Alive, Alive Oh! by Diana Athill: A long life well lived

Cover image I first came across Diana Athill’s elegant prose in Stet, her account of her time at André Deutsch, the publishing house she co-founded in 1951 with her eponymous business partner. Deutsch was a refugee, one of the many who shaped modern British publishing. For readers who haven’t yet come across the book, it’s a treat – stuffed with stories of the many authors Athill edited, from V. S. Naipul to Jean Rhys. Published in 2015, her ninety-eighth year, Alive, Alive Oh! is a set of essays: some are autobiographical, others meditative – all are beautifully expressed.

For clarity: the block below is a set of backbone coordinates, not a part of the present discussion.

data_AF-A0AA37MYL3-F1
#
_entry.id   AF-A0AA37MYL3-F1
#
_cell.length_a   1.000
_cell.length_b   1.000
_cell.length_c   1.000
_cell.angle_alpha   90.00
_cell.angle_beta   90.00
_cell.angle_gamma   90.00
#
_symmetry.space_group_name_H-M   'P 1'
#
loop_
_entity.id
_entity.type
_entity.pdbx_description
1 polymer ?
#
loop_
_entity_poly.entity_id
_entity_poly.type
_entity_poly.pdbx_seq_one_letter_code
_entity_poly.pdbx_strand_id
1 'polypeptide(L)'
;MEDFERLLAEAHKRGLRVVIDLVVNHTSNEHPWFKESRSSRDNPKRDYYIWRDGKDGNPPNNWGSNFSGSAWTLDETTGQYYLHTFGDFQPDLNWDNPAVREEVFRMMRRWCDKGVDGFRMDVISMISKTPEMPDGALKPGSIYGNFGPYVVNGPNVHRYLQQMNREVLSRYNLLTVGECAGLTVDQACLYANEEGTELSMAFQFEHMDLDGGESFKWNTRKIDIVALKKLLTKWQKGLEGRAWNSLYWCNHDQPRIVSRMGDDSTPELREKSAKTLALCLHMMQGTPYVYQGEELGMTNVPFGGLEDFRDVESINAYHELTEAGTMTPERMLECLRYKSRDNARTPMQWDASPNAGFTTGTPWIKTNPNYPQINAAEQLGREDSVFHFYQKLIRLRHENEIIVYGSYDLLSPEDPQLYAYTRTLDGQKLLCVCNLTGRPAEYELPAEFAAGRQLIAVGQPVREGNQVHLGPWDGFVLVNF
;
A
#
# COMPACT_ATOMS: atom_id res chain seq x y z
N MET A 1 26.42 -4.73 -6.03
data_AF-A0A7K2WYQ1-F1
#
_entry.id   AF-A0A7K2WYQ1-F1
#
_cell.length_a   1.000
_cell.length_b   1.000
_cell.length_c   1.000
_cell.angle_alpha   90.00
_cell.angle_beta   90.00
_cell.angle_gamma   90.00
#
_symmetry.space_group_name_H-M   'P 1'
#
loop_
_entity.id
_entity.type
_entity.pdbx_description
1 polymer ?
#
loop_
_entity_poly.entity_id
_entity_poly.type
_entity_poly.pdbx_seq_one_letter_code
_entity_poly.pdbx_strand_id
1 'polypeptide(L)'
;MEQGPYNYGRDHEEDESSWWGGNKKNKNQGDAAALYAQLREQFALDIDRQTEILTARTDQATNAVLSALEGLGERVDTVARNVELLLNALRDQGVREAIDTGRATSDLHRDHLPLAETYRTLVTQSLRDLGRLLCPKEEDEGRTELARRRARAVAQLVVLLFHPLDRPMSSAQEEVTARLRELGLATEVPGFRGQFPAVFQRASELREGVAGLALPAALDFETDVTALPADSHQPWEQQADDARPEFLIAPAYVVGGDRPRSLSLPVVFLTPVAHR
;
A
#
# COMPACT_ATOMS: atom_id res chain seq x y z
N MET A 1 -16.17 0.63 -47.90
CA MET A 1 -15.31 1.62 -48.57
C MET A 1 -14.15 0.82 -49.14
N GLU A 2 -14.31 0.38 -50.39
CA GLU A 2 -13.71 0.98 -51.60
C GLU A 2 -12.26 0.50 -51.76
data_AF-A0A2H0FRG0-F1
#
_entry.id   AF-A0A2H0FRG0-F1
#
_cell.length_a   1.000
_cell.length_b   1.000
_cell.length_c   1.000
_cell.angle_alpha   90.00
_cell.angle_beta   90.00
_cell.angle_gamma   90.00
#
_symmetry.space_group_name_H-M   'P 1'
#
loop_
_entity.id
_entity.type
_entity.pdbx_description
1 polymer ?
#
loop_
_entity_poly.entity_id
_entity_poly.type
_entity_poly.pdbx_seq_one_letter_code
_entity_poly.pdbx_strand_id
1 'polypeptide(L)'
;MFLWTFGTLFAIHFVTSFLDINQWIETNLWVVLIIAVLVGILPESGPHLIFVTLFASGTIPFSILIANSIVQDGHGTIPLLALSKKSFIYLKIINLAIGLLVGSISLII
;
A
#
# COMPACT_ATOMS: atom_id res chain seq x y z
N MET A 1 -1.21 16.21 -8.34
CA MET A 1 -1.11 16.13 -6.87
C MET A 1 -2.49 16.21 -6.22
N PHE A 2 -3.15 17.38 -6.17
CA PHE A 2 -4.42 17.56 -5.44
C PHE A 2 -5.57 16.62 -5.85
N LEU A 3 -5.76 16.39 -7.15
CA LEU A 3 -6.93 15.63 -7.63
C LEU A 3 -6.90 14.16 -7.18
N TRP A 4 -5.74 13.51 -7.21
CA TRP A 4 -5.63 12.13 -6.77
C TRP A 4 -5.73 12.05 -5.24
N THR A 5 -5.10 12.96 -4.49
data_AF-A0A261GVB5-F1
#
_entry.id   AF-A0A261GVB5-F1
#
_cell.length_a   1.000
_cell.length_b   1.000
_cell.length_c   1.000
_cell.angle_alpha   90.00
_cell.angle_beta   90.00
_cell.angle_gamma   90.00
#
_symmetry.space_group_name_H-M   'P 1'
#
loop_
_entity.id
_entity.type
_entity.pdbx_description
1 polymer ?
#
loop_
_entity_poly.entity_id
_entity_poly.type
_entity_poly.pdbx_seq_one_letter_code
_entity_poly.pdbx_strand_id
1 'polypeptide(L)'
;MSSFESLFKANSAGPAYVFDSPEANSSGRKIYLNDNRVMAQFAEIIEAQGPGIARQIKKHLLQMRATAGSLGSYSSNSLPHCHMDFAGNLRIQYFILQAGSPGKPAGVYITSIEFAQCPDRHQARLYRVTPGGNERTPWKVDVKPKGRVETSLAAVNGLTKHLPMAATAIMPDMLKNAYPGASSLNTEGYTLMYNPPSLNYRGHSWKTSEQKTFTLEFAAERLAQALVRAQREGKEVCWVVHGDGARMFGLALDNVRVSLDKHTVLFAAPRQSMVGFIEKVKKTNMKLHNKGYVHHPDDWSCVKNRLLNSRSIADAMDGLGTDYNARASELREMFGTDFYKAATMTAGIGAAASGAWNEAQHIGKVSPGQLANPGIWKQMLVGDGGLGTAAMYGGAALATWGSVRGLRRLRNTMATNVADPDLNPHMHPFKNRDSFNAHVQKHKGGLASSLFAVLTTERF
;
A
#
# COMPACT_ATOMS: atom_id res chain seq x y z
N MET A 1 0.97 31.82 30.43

Athill introduces her collection by telling us that now she no longer feels the pull of sex her mind has turned to the beauty of places and objects, painting a glorious word picture of bluebells spilling down a hillside at Fountain’s Abbey releasing a ‘great wave of scent’ in the early morning sun. Her first essay continues this theme with memories of her grandparents’ garden where she spent a great deal of time after a TB scare. These two pieces set the scene for a collection that ranges far and wide. Several essays celebrate the frivolous – there’s a particularly lovely one on clothes with a gorgeous description of the gold lamé dress with which the fifteen-year-old Athill became infatuated. Others are much more serious, from the titular piece recounting her miscarriage from which she emerges having discovered her zest for life, to a discussion of the legacy left to Tobago by Europeans, well-meaning or otherwise. Athill is consoling about old age, enjoying the unexpected delights of new friendship in her retirement home, but clear-eyed in her attitude to death, reconciled to the event but not necessarily the manner of it. The final entry is a poem which ends ‘Why want anything more marvellous than what is’ which sums the book up beautifully.